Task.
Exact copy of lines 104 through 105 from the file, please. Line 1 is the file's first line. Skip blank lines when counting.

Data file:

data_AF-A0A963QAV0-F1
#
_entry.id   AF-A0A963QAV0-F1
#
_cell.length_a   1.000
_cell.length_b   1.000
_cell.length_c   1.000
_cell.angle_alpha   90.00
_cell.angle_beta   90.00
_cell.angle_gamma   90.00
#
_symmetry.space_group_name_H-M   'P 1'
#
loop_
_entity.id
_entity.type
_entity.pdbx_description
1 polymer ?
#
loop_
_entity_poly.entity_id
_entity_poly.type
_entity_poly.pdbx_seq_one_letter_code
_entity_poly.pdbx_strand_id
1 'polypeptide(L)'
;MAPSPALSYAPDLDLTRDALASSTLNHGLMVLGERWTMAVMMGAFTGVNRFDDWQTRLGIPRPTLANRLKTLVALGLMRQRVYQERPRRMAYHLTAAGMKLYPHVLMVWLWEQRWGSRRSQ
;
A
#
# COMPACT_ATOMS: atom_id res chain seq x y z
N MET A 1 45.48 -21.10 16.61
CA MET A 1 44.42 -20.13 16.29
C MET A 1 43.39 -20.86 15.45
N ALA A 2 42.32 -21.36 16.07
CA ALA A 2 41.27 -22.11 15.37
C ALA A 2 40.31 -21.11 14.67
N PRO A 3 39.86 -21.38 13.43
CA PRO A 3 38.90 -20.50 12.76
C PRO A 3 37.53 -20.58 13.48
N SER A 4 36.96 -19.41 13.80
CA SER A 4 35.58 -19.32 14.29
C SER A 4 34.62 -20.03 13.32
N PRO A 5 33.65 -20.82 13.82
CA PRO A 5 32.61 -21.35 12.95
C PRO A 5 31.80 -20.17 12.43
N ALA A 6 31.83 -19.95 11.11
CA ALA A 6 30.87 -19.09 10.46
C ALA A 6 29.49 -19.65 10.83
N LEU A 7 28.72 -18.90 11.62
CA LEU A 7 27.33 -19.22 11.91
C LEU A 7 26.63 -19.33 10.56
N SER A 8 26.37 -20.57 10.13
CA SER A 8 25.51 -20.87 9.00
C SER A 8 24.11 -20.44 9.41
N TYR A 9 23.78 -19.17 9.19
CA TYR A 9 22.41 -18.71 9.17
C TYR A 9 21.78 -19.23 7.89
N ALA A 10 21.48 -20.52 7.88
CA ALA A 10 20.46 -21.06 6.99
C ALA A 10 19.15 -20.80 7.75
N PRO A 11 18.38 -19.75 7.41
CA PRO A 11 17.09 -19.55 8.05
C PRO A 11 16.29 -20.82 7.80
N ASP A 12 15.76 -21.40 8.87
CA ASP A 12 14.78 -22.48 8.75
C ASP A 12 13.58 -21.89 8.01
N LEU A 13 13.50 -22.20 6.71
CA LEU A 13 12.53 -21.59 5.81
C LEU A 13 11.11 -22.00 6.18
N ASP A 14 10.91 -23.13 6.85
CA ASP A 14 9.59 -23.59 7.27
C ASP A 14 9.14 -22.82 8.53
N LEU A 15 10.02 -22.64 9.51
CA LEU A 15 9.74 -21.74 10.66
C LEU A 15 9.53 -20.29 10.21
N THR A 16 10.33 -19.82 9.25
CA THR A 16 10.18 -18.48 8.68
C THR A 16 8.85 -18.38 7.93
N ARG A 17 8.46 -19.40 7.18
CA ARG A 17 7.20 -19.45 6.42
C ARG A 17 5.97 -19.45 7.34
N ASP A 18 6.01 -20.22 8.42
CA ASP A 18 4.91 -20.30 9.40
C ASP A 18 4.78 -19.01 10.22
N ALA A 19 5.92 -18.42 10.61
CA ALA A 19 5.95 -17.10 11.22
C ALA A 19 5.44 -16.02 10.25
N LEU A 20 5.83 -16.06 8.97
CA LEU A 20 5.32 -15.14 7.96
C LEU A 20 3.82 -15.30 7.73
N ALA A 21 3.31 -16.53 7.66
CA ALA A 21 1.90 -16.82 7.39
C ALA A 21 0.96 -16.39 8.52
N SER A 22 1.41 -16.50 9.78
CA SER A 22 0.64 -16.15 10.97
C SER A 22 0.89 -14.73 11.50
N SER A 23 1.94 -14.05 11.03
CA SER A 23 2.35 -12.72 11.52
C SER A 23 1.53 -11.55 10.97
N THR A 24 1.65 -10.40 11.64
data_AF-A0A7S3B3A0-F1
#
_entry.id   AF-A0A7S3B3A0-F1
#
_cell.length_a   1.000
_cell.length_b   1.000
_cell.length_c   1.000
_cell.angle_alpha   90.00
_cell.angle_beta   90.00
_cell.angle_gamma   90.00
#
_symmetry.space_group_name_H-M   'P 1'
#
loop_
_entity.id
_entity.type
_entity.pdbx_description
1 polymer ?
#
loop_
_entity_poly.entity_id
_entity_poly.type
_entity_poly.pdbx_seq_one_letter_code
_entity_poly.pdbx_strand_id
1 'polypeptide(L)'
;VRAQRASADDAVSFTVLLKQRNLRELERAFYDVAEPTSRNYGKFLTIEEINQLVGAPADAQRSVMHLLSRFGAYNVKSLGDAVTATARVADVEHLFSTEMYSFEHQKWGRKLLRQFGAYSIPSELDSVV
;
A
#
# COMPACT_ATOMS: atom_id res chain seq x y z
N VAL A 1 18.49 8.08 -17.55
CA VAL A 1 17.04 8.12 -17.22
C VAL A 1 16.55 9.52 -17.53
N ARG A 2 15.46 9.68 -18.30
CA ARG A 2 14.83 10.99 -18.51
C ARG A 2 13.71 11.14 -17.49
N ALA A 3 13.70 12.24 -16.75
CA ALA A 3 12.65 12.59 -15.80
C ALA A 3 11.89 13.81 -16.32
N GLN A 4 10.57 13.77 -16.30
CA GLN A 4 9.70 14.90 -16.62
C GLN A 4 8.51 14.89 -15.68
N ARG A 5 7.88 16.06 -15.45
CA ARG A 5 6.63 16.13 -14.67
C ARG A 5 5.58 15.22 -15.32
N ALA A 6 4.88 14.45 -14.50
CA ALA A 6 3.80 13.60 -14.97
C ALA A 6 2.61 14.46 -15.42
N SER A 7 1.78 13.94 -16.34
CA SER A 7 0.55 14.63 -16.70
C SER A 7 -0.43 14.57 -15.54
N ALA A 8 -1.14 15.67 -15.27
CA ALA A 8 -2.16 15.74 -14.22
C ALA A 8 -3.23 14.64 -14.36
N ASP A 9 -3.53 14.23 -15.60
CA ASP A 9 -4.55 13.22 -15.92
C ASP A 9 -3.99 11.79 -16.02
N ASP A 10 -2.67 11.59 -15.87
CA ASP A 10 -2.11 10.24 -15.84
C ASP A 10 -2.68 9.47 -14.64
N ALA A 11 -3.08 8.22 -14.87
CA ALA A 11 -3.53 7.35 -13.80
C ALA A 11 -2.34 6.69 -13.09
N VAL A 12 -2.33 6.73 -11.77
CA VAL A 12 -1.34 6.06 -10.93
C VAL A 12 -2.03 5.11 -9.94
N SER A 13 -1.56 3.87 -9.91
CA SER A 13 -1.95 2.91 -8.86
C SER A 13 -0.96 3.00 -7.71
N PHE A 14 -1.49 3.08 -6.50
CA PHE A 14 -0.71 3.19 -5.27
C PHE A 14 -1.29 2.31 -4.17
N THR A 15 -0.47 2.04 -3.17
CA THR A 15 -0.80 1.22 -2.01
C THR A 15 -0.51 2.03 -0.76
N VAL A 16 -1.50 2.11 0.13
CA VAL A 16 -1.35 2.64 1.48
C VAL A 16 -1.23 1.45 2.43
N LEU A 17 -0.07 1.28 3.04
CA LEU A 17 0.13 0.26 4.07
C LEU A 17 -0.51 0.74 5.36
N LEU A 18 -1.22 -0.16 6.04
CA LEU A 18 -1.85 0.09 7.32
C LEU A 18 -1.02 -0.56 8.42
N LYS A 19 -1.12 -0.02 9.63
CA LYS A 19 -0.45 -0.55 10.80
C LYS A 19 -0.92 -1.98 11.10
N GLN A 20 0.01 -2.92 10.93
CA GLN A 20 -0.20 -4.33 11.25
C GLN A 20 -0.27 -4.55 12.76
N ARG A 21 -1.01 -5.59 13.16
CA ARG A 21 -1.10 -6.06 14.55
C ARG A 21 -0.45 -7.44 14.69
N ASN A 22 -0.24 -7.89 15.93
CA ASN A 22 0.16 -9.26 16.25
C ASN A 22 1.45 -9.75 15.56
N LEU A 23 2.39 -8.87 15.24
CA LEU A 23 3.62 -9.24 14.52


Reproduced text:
#
_cell.length_a   1.000